A plaque remaining from the Big Apple Night Club at West 135th Street and Seventh Avenue in Harlem.

Above, a 1934 plaque from the Big Apple Night Club at West 135th Street and Seventh Avenue in Harlem. Discarded as trash in 2006.

Recent entries:
“What do you call bread with your toe jam spread all over it?"/"Toest.” (7/21)
“Some days you’re the pigeon, and some days you’re the statue” (7/21)
“Is a frozen watermelon still a watermelon or is it now an icemelon?” (7/21)
“Why shouldn’t you hire a midget chef?"/"The steaks are too high.” (7/21)
“You can be the ripest, juiciest peach in the world & there’s still somebody who hates peaches” (7/21)
More new entries...

A  B  C  D  E  F  G  H  I  J  K  L  M  N  O  P  Q  R  S  T  U  V  W  X  Y  Z


Entry from July 28, 2006
Hash Browns

"Hash browns” (or “hashed browns") were originally called, in full, “hash(ed) brown potatoes.” They are cited in the New York World in 1888.


(Oxford English Dictionary)
hash browns chiefly U.S., = hashed brown potatoes s.v. HASHED ppl. a. b; more fully, hash-brown(ed) potatoes;
1917 I. C. B. ALLEN Mrs. Allen’s Cook Bk. 400 *Hash Browned Potatoes. 1948 H. L. MENCKEN Amer. Lang. Suppl. II. 388 Of late there has been a strong tendency..to omit the -ed ending… Examples: mash potatoes, hash-brown potatoes, [etc.].


November 1888, Current Literature, pg. 402:
Lunching With A Man. New York World
(...)
Scalloped chicken, with hashed brown potatoes, lobster salad and two chocolate eclairs, were destined to pass before his agonized stomach before a halt was called and the girl with the delicate appetite had proven her lack.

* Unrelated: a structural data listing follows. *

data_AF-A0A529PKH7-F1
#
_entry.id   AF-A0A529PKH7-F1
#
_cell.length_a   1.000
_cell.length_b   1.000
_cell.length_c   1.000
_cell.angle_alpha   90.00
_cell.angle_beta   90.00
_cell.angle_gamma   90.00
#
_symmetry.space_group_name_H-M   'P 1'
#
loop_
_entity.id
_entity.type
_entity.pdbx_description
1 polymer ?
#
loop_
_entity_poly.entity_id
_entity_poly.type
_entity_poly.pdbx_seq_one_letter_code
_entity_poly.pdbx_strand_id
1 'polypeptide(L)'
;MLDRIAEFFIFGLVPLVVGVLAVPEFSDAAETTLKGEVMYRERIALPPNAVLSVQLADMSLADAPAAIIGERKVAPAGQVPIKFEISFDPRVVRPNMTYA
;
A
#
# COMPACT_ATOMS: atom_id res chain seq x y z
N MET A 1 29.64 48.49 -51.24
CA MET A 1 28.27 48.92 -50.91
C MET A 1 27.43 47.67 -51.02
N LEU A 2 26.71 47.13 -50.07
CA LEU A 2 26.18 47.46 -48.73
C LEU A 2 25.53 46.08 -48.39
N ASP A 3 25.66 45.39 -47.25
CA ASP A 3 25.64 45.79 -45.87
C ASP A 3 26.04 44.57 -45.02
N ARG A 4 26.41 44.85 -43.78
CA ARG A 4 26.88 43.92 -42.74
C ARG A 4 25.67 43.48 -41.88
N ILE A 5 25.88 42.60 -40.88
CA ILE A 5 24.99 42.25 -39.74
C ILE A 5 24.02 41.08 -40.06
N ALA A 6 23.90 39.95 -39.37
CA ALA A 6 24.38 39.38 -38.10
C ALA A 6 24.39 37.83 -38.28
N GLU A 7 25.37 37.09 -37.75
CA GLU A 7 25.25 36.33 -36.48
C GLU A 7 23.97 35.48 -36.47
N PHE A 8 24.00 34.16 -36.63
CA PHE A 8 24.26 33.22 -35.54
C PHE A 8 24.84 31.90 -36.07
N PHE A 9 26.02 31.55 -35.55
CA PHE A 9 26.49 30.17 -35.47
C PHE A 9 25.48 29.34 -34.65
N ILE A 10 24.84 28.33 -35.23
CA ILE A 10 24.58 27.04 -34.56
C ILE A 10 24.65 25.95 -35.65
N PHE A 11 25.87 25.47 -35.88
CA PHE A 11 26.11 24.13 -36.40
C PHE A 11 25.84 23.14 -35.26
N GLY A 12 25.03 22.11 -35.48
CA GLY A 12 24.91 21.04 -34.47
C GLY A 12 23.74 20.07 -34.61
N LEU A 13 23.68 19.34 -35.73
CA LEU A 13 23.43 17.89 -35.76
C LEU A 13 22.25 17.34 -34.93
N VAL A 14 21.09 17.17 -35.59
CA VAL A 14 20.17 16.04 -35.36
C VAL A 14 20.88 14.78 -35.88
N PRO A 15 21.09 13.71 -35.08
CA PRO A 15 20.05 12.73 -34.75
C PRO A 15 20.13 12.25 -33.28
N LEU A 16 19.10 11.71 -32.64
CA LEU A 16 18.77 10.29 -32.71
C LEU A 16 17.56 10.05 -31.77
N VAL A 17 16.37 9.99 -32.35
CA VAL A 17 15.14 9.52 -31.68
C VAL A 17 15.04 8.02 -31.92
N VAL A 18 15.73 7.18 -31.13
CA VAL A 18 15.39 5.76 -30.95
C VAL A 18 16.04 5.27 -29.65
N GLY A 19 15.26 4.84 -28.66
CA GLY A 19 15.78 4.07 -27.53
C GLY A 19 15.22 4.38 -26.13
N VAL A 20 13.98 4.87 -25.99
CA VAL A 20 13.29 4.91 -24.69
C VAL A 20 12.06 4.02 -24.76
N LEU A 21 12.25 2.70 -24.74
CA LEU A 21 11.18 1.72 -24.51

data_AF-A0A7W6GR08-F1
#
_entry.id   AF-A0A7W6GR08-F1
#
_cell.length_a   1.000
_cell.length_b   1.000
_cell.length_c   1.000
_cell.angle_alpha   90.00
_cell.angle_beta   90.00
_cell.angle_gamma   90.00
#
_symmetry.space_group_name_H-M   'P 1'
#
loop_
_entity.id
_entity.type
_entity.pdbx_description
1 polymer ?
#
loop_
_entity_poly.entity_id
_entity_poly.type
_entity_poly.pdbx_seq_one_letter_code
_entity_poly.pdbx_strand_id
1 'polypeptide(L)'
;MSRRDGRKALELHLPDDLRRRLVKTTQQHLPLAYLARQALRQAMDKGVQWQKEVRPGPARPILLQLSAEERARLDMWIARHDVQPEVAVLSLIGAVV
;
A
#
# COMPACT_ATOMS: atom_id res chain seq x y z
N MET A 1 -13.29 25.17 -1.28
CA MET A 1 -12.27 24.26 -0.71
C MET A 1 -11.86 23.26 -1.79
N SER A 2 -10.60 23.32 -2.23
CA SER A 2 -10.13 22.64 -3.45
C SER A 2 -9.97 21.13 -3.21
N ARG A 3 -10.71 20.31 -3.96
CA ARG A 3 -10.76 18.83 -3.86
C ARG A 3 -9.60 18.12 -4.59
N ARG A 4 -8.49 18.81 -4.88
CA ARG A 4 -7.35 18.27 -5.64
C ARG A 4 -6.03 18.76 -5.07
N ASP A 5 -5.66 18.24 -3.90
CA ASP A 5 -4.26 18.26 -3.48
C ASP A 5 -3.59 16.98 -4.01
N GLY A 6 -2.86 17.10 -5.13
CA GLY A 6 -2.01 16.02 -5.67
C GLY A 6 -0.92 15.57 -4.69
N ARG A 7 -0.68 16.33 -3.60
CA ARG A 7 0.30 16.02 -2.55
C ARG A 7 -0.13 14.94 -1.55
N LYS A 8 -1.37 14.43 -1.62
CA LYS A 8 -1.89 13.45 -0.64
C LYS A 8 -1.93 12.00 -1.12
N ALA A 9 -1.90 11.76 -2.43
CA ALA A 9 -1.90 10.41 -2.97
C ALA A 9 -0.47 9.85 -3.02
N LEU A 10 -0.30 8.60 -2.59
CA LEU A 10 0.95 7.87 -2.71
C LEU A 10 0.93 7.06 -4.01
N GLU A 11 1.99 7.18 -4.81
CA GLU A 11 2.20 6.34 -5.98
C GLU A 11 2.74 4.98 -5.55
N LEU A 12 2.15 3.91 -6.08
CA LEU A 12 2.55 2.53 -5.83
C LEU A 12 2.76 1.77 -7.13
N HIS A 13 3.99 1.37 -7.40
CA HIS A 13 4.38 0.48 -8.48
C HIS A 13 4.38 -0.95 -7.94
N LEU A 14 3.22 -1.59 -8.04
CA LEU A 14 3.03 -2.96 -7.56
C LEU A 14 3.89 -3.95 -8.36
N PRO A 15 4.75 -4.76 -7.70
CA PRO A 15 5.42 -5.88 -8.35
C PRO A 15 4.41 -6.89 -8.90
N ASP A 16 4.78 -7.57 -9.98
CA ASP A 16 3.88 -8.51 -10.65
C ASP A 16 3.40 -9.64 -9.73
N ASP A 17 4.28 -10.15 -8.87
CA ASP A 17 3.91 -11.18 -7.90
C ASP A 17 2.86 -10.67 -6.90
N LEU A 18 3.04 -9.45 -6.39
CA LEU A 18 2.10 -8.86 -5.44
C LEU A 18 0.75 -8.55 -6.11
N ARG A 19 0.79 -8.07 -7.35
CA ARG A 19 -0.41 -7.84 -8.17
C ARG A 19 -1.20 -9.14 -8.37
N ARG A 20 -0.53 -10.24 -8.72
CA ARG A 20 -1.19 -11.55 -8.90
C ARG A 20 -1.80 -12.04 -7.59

30 November 1892, Indiana (PA) Progress, pg. 7:
Mrs. Rorer gave her audience a shock the other day while lecturing at the Health and Food Exhibition in New Haven, Conn., by prophesying dire disaster as a result of indulgence in “hashed brown potatoes.” She had visited insane asylums, she said, and found that many of the inmates had been addicted to the use of potatoes fried after being boiled. Ergo, potatoes cooked in this way appear to produce insanity.


28 January 1894, Los Angeles Times, pg. 24:
He is fond of cold ham and turkey, and one of his side dishes is usually hashed brown potatoes served up with a poached egg upon them.


28 December 1895, Fort Wayne (IN) Evening Sentinel, pg. 4?:
“I’d trade it for a porterhouse steak and some hash brown potatoes.”
(Writer Eugene Field—ed.)


20 December 1922, Fitchburg (MA) Sentinel, pg. 4:
A spud raiser may be down, but he is never out, apparently, and the epicureans are helping out all they can by intensive orders for hash browns and a la Delmonicos.—Malden News.


25 April 1926, Modesto (CA) News-Herald, pg. ?:
Sometimes, dog tired, he dropped off his engine in the yards, cleaned up at a pump outside the station and are pork sausages, hashed browns, coffee and sinkers at his mother’s supper counter before they both cut home through the stubble of sage brush between the station and the one-story shack.

Posted by Barry Popik
(0) Comments • Friday, July 28, 2006 • Permalink